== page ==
Roger Staubach did not so much as blink when asked for his strongest Super Bowl memory. He simply shot back 38 years to a time when he and Tom Landry were just trying to amount to something.
To a time when the coach and quarterback went to the movies together. Well, not “movie” movies—more like extended film sessions.
In five consecutive seasons from 1966 to 1970, the Cowboys won five division titles and lost only 16 times. In 1970, with Staubach and Craig Morton alternating at quarterback, the Cowboys even made it to their first Super Bowl before losing to the Baltimore Colts.
Their playoff record throughout history stood at a paltry 3-5. Armchair quarterbacks argued whether Landry and Staubach were just good enough to keep coming up short.
But in 1971, with the Cowboys struggling at 4-3, Landry designated Staubach his full-time quarterback. The Cowboys proceeded to win nine in a row, including two in the playoffs, and earned the right to face Miami in Super Bowl VI.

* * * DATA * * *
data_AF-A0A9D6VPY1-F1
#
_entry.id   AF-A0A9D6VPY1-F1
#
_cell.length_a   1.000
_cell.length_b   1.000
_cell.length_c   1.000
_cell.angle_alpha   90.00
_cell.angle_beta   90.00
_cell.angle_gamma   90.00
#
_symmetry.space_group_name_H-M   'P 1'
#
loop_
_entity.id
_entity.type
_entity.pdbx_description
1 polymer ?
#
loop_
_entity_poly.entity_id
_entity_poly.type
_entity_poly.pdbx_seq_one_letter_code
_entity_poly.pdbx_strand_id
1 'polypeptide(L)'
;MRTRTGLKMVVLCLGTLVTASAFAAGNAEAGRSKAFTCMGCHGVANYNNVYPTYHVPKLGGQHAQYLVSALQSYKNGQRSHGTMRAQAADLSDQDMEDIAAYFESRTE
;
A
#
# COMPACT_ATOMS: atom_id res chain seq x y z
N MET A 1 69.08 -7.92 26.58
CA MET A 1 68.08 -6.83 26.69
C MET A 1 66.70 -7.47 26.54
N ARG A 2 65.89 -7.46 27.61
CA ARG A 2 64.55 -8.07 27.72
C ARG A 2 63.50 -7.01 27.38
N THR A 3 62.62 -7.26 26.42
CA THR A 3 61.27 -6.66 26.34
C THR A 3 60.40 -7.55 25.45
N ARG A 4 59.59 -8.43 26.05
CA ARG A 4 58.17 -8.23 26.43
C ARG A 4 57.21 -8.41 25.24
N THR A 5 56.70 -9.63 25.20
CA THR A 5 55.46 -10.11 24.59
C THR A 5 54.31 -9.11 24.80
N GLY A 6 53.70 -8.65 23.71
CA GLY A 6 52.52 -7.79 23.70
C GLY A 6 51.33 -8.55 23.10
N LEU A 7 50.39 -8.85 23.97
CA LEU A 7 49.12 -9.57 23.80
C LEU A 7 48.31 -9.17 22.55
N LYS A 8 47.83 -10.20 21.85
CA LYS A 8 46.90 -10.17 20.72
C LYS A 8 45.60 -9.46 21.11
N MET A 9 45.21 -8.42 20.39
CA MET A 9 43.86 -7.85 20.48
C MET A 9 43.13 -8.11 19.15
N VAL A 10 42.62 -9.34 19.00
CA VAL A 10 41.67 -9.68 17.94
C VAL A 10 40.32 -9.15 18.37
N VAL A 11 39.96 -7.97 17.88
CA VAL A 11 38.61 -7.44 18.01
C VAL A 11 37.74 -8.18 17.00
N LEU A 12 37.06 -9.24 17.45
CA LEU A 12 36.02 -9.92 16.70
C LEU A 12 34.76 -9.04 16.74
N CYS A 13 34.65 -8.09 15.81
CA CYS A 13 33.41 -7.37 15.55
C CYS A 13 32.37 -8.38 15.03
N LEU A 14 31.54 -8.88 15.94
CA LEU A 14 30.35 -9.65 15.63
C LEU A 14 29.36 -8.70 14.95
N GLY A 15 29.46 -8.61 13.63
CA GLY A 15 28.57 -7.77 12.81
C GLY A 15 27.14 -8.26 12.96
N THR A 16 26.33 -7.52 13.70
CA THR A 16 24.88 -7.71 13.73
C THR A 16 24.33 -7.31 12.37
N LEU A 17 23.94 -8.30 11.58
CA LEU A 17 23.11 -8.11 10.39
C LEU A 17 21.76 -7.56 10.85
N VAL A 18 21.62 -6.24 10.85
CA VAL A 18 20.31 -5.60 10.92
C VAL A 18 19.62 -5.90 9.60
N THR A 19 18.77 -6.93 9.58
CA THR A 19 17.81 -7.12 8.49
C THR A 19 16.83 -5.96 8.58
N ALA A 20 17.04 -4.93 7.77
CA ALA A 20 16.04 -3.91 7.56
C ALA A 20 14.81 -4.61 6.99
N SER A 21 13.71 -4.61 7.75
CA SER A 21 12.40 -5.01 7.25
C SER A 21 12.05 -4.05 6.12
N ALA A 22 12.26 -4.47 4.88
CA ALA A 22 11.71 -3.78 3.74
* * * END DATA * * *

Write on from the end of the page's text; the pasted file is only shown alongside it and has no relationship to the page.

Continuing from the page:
Like many great players, Staubach’s strongest Super Bowl memory did not occur on Game Day. It came during the preparation—in the days leading up to that shining Sunday.
“We were down in New Orleans and Coach Landry had me in his room every night watching film,” Staubach says.
Landry’s wife, Alicia, had also made the trip.
Staubach recalls, “One night Alicia said, ‘Leave the guy alone, Tom. Give him a break. Let him go out.’ I said, ‘I don’t want to go out, Alicia; I’m not going anywhere anyway. I’m not hitting Bourbon Street.’
“I went out and watched Dirty Harry, the Clint Eastwood movie, the only night I was out that week. Tom was nervous. I was nervous. Everybody was nervous because we hadn’t won a Super Bowl. Tom knew I wasn’t going to go out and get in trouble, but he had me in his room watching film every night because we had to win that game.”
The Cowboys defeated the Dolphins, 24-3, for their first Super Bowl victory.
Staubach played in four Super Bowls in an eight-year span Eastwood, history shows, went on to star in several more Dirty Harry sequels.
It was Dirty Harry who uttered the famous line, “Go ahead—make my day.” Behind the closed curtains of a hotel room off Bourbon Street, Roger Staubach and Tom Landry made their day, and history, too.